I love this quote with all of my heart:
“One thing that you have to keep in mind is that, if a game is too scary, people just won't play it. In movies or attractions…if it gets too scary you just keep your eyes shut and soon it will be over. But if it's a game, people will just stop. So that's why there's a limit on how scary you can make a game.
"But in this case we're totally ignoring that and, you know what? If you don't want to keep on playing through the game, so be it. We don't care."
That’s Hideo Kojima, discussing his team’s plans for Silent Hills, the latest game in long-running series. He confirms a fear that I’ve had regarding both horror films and games for a long time — that even some of the scariest ones still hold back, or simply don’t have the right twisted minds at the helm. Games are pretty scary, but they could be way more horrific, and Silent Hill is the perfect series to carry that torch.
The voluntary horror conundrum
I used to be one of those horror game quitters. Back in the day, with games like the original Resident Evil, Silent Hill, and Shadow Man, I’d stop to take breaks for days, weeks, or even months; dreading the next time I’d have to pick up a controller. One particularly nasty section of Shadow Man involving the sounds of a dentist drill and an innocent puppy left me unable to proceed through the game for months. It didn’t help that I was stuck, forced to comb over the same disturbing areas over and over.
These days I’m still capable of being scared by horror games. Stuff like Amnesia: The Dark Descent required the occasional break to catch my breath, but the feeling of wanting to drop the controller and run away has left me. More often, I find a lot of horror tricks don’t work on me anymore. I’ve built up a tolerance to games designed to make YouTubers scream on camera.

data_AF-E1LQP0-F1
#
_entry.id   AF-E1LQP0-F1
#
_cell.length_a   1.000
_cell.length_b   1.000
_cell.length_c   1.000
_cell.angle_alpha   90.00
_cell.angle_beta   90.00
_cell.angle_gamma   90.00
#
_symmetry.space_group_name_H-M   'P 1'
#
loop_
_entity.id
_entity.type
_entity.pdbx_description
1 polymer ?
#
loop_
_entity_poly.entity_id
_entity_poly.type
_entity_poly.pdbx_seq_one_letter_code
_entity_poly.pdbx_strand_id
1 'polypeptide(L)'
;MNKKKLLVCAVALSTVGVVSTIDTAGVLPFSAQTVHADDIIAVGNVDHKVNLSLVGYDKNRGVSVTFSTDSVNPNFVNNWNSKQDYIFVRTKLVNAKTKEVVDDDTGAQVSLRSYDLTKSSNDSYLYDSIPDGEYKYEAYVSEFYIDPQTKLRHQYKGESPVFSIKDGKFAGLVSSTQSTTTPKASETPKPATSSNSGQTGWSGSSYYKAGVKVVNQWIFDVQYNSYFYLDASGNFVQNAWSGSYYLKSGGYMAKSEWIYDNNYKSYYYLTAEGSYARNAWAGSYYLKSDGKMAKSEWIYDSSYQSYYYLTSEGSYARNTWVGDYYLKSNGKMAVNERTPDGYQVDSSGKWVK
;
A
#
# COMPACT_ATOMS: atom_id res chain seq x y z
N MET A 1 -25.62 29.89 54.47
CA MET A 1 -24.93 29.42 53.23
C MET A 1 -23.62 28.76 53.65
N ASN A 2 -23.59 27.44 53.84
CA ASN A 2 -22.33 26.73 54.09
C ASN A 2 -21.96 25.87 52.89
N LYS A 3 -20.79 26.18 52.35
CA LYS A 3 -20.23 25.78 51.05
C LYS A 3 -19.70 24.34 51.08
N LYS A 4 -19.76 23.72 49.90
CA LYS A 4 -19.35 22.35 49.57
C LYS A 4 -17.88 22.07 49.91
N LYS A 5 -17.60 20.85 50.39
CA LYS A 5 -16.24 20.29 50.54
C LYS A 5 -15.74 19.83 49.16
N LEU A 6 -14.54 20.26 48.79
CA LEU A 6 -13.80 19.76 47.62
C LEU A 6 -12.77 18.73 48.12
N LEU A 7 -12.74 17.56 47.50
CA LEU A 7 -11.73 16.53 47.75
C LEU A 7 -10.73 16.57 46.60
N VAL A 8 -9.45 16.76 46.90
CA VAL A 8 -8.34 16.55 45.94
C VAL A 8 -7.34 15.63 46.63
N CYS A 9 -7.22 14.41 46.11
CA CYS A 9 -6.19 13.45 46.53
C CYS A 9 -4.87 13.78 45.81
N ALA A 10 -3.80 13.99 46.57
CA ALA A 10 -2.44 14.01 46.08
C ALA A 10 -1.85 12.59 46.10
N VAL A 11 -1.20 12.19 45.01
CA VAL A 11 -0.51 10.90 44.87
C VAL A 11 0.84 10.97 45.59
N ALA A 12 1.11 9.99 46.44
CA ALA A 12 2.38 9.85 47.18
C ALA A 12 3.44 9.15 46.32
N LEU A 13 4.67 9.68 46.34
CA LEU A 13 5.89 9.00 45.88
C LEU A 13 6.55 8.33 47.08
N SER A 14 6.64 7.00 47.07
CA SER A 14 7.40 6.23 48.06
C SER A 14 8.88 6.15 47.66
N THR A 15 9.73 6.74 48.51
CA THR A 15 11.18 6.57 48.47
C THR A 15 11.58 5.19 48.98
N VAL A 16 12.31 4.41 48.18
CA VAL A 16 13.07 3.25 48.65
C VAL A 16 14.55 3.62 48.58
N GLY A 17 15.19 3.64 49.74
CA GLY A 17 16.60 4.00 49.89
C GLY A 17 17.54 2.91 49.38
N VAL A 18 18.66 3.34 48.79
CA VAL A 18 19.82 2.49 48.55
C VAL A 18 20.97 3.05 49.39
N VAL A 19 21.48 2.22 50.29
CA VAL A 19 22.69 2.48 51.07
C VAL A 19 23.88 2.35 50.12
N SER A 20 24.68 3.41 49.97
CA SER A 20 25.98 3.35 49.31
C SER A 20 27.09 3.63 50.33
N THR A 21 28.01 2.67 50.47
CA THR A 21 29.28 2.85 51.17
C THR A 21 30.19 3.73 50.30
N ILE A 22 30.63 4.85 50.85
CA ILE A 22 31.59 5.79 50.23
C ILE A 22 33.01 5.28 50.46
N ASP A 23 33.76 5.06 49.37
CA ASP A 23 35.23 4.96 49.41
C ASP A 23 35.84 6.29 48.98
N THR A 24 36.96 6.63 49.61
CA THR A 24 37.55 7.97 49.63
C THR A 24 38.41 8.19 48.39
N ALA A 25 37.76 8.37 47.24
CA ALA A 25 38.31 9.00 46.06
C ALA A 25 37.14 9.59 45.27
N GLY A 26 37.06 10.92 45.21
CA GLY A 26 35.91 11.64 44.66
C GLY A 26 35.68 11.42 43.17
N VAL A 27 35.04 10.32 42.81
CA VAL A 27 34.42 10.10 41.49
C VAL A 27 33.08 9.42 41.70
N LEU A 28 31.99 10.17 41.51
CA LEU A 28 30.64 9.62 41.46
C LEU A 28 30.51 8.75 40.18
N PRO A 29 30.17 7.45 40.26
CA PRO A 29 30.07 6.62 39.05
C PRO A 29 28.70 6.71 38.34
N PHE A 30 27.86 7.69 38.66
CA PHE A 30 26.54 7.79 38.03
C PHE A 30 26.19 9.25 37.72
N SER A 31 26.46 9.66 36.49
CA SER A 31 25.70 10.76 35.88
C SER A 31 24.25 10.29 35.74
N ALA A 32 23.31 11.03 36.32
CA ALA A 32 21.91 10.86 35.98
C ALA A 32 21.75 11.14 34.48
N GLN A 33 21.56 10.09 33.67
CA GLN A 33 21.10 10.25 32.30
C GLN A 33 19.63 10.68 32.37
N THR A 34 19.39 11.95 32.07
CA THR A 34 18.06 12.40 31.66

A game for survival horror veterans?
Far too often I find myself poking at the seams of a horror game, dancing at the edges of scripted events, entirely aware of the carefully orchestrated traps the designers have in store for me. P.T. was exciting because it was unpredictable. It successfully lulled me into a false sense of security, and worse, I often didn’t know how it was going to try to scare me.
That may be the greatest takeaway from P.T. going into Silent Hills, and I sincerely hope that the unpredictability finds its way into the final game. If Kojima truly wants to ignore the self-imposed scare limit in horror games, he’ll have to employ his surprise tactics throughout Silent Hills.
Hideo Kojima has his pros and cons as a game designer, and they’re well-documented. That said, some of the rules he breaks for games like Metal Gear Solid don’t work the same way in horror games. Brutality that may come off as offensive and tasteless in Metal Gear Solid may be the perfect, twisted fit for a game like Silent Hills. One thing Kojima has proven lately is a knack for combining realism and surrealism in some dark and disturbing ways, something the Silent Hill series is known for.
On the other hand, his tendency towards talkative, narrative-heavy stories is a bad fit for Silent Hill. It’s a series that’s generally best when the characters aren’t saying a word, so unless he can make the writing more compelling than its been in the past, we’d probably be better off without it.
Time will tell if Kojima’s signature touch meshes with Silent Hill’s psychological horror pedigree. The series needed a refresh, and one way or another he’s sure to provide it. Whether it’s the refresh we want is a different story entirely. That said, his expressed goal to scare with impunity leaves me no choice but to vouch for him. You hear that Hideo? I’m trusting you to scare the controller out of my hands — don’t disappoint.
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